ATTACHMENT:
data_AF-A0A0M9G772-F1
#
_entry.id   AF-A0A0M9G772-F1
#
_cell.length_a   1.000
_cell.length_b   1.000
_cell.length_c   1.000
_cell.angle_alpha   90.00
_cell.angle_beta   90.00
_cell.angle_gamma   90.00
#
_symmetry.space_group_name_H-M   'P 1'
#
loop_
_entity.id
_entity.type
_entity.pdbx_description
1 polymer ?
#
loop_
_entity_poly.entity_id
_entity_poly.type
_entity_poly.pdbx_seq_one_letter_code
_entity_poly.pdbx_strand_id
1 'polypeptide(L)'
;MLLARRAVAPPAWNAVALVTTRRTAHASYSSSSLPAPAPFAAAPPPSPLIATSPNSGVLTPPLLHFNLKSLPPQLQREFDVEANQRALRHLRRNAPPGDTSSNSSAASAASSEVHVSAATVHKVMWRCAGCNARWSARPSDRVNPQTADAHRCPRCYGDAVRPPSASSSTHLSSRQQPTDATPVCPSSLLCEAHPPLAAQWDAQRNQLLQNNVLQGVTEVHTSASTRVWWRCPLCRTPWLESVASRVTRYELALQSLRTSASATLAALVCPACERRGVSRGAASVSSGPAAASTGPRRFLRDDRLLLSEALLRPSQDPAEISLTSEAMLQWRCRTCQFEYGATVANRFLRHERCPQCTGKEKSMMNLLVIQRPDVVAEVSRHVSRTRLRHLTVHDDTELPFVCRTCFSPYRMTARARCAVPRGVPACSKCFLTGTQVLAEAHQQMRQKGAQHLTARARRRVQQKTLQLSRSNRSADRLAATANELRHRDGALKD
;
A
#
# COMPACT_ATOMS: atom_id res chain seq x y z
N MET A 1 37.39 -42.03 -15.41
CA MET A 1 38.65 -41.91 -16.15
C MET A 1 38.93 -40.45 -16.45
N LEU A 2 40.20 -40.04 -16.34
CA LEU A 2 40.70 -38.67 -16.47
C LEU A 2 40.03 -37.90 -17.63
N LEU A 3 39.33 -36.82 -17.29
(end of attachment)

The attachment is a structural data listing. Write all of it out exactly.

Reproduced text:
data_AF-A0A0M9G772-F1
#
_entry.id   AF-A0A0M9G772-F1
#
_cell.length_a   1.000
_cell.length_b   1.000
_cell.length_c   1.000
_cell.angle_alpha   90.00
_cell.angle_beta   90.00
_cell.angle_gamma   90.00
#
_symmetry.space_group_name_H-M   'P 1'
#
loop_
_entity.id
_entity.type
_entity.pdbx_description
1 polymer ?
#
loop_
_entity_poly.entity_id
_entity_poly.type
_entity_poly.pdbx_seq_one_letter_code
_entity_poly.pdbx_strand_id
1 'polypeptide(L)'
;MLLARRAVAPPAWNAVALVTTRRTAHASYSSSSLPAPAPFAAAPPPSPLIATSPNSGVLTPPLLHFNLKSLPPQLQREFDVEANQRALRHLRRNAPPGDTSSNSSAASAASSEVHVSAATVHKVMWRCAGCNARWSARPSDRVNPQTADAHRCPRCYGDAVRPPSASSSTHLSSRQQPTDATPVCPSSLLCEAHPPLAAQWDAQRNQLLQNNVLQGVTEVHTSASTRVWWRCPLCRTPWLESVASRVTRYELALQSLRTSASATLAALVCPACERRGVSRGAASVSSGPAAASTGPRRFLRDDRLLLSEALLRPSQDPAEISLTSEAMLQWRCRTCQFEYGATVANRFLRHERCPQCTGKEKSMMNLLVIQRPDVVAEVSRHVSRTRLRHLTVHDDTELPFVCRTCFSPYRMTARARCAVPRGVPACSKCFLTGTQVLAEAHQQMRQKGAQHLTARARRRVQQKTLQLSRSNRSADRLAATANELRHRDGALKD
;
A
#
# COMPACT_ATOMS: atom_id res chain seq x y z
N MET A 1 37.39 -42.03 -15.41
CA MET A 1 38.65 -41.91 -16.15
C MET A 1 38.93 -40.45 -16.45
N LEU A 2 40.20 -40.04 -16.34
CA LEU A 2 40.70 -38.67 -16.47
C LEU A 2 40.03 -37.90 -17.63
N LEU A 3 39.33 -36.82 -17.29